"Why wasn’t I promoted?” I winced. Not because his words echoed my thoughts and stabbed at my heart – but more because his bad breath stabbed at my delicate nostrils.
“Have a Chiclet”, I offered him encouragingly, while backing off slightly to avoid answering his question, and his breath.
But, that’s ridiculous! A person doesn’t get passed over for promotions just for having bad breath! “The G. M. hates me”, he said gloomily, munching on his Chiclet. “That’s ridiculous!” I said aloud. “Why would he hate you? He hardly knows you.”
“No. He hates me,” he insisted.
“When did you get your last promotion?” I inquired, encouraged by his peppermint breath. “Not once in ten years, ever since I started,” he stated mournfully.
I was shocked, but covered my expression by saying instead: “Maybe I’ll talk to the G.M. for you, and see what he says.” “Yeah. But what’s the use? They all say the same thing”.
“What do you mean by ‘they’?” I asked him.
“All the previous G.M.s. He’s the fourth in ten years”, he answered. “Oh?” So there! He can’t really believe that four General Managers ‘hate’ him for nothing. I asked him: “But what do they really tell you ?”
“That I need to improve my ‘communication skills’ – whatever that is! How can they say that? Ahmed who’s been here for only three months, with less qualifications and experience than I, has learned everything from me, and now he’s being promoted, and I’m not. I now know Italian fluently from my guest contacts throughout the years, and furthermore, all the big clients have come through me, by my efforts, and my reservations,” he lamented.
Intrigued by this mystery on his apparent good ‘communications skills’ but his equally apparent career going nowhere, I decided to ask an expert the real meaning of “communications skills”, instead of making an ass of myself in front of my boss (the G.M.) and showing my ignorance to everyone.
Professor Thomas Kempner, honorary Professor at Brunel University, U.K., emeritus Professor at Henly College, and retired Principal for its management college had this shrewd advice to offer:
“‘Communications Skills’? That adds up to about 12 basic rules on how to please your Boss”, he said wisely.
ONE: Don’t give your Supervisor or your Boss nasty surprises. He shouldn’t have to tell you: ‘You should have told me about this before’.
TWO: If you encounter a problem which you think might be beyond your level, discuss it with your boss, and don’t cover it up until it is too late for careful thought and action by the right person..
THREE: It is not helpful to your boss if you tell him: ‘We have to have an immediate decision on this now’ – when you should have prepared the ground weeks, or days ago.
FOUR: Try to see your job in the context of the business, and not just your part of it. You’ll be judged on your ability to see the whole picture and its impact on the organization (or hotel, as the case may be) and that may require minor sacrifices from your corner.
FIVE: Don’t send him only memos or copies of letters to show how clever you are. You can rely on the fact that your colleagues have done the same thing! Besides, your Boss doesn’t need to waste more time on more paper work.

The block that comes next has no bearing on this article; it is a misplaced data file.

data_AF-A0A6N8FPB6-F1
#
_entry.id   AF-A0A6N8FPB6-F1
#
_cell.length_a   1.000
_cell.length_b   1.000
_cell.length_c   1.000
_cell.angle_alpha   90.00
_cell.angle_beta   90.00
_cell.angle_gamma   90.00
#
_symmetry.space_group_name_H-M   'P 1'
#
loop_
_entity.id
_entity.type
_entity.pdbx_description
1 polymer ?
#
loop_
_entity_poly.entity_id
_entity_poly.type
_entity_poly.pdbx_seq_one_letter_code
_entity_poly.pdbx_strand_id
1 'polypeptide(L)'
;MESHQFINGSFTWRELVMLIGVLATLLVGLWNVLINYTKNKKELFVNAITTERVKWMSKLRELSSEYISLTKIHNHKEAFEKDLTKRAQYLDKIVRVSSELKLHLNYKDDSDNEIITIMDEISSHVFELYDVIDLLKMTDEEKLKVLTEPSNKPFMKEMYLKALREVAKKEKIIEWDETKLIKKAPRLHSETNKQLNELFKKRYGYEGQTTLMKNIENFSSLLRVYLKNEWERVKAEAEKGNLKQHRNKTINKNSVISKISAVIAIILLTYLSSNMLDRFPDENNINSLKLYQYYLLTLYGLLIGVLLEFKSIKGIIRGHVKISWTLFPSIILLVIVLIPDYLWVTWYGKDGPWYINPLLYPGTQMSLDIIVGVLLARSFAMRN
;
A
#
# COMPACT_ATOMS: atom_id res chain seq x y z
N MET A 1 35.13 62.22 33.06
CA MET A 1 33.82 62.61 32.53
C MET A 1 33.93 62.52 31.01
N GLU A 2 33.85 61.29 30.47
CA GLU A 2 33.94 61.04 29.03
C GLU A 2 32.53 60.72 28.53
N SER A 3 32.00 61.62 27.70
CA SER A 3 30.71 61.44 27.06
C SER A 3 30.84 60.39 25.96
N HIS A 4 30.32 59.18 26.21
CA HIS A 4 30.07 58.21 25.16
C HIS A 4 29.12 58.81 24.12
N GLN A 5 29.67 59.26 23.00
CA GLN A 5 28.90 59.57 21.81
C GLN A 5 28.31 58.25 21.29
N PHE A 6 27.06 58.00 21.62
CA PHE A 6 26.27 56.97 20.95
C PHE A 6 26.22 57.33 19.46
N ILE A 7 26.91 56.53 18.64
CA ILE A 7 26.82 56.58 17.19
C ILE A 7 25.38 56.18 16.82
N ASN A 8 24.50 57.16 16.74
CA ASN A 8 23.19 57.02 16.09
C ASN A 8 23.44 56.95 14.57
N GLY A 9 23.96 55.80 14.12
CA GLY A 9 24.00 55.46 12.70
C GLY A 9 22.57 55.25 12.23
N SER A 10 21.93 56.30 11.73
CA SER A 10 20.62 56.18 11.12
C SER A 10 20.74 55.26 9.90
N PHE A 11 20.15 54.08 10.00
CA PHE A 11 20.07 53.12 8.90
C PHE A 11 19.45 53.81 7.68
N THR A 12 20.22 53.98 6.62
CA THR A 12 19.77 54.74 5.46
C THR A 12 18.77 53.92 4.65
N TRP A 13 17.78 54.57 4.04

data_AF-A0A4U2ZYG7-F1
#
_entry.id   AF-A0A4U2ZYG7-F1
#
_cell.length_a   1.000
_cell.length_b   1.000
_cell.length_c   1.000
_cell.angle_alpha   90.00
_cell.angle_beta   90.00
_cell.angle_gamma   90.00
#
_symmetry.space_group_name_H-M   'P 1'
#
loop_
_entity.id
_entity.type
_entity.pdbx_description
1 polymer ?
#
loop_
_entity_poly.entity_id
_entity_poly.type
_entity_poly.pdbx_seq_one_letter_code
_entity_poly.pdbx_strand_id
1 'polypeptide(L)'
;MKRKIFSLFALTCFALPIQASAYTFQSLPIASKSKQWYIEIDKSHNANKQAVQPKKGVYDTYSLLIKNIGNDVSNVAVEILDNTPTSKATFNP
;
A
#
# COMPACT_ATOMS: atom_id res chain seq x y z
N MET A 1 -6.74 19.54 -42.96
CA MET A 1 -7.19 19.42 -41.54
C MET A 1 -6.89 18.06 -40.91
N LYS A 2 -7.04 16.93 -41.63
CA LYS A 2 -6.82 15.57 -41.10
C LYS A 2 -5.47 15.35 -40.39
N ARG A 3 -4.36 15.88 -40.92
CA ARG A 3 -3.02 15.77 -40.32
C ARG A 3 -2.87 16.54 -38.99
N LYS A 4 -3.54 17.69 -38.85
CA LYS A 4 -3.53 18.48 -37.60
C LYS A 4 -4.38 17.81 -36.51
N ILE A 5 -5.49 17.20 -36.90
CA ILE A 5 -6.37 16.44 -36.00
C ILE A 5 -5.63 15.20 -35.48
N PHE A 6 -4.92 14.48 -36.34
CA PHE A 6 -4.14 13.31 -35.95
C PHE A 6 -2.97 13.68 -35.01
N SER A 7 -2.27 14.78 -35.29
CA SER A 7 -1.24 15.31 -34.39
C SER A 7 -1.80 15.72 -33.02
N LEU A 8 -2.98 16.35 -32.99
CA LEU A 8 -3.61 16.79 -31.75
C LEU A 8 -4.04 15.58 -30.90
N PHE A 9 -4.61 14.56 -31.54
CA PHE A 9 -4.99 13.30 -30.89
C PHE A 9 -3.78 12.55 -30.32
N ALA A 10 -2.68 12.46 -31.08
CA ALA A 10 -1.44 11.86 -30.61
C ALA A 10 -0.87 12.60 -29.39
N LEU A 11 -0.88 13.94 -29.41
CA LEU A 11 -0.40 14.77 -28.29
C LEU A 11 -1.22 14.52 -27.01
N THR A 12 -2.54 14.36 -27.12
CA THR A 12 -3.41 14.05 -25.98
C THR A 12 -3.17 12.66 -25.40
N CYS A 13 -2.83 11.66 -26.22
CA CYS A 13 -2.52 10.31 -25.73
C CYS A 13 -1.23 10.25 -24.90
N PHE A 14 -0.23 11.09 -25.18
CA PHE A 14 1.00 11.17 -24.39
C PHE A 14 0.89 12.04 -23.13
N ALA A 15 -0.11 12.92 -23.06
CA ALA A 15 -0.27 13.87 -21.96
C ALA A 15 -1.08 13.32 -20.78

SIX: Prepare your case carefully before you meet your Boss. Give him alternatives to any plan of action, and not just the plan you favour. Partial advice will be remembered next time – if given tactfully – and appreciated.
SEVEN: Don’t bother your Boss with minor issues which you should handle yourself. But, if you want the answer to a complex issue, let him have the details in advance. It’s unreasonable to expect him to come up with an instant reply to a difficult issue. You may have lived with the problem for some time, and he (as well as your colleagues) may have not. Also, a more sensitive type of Boss may feel that you are deliberately putting him on the spot, and he’ll resent you for it.
EIGHT: It is very difficult to absorb a problem if you just shove it under his nose from a piece of paper, while you keep talking. Prepare in advance, and give him time too.
NINE: Once a decision is made, carry it out as if it is your own decision, even if you do not agree with it.
TEN: Don’t whine. Those who are forever whining about their difficulties and saying everything is impossible, are like wet towels and depressing. They don’t improve their bosses’ day.
ELEVEN: Be positive, and press your points hard, but with alternative solutions. It’s refreshing for your Boss to see someone who offers solutions for a change, and has the initiative to complete tasks successfully.
TWELVE: Be brief. Your Boss has a lot of other problems, so try not to be one of them!
“All the above are with the supposition that your Boss is a person of adequate (for the job) ability and reasonably trustworthy: someone who will support you when you are in trouble rather than blame you for his/her incompetence and lack of foresight, and who will not play politics with your career,” concluded the Professor.
Thanking the Professor profusely, I wrote down the precious notes. Next day I typed them, then passed on a copy to Mr. Unpromoted Badbreath, and decided to study the Professor’s advice during my lunch break. I was suddenly interrupted however by Mr. Unpromoted Badbreath, who came running to my desk with my notes in his hand which he clutched protectively to his chest. Phew! He stunk! I could smell his perspiration from a mile.
I bet his real problem is from lack of hygiene and good grooming, after all. I’d have to tell him that some day, after I consult another expert on ‘Hygiene & Good Grooming’!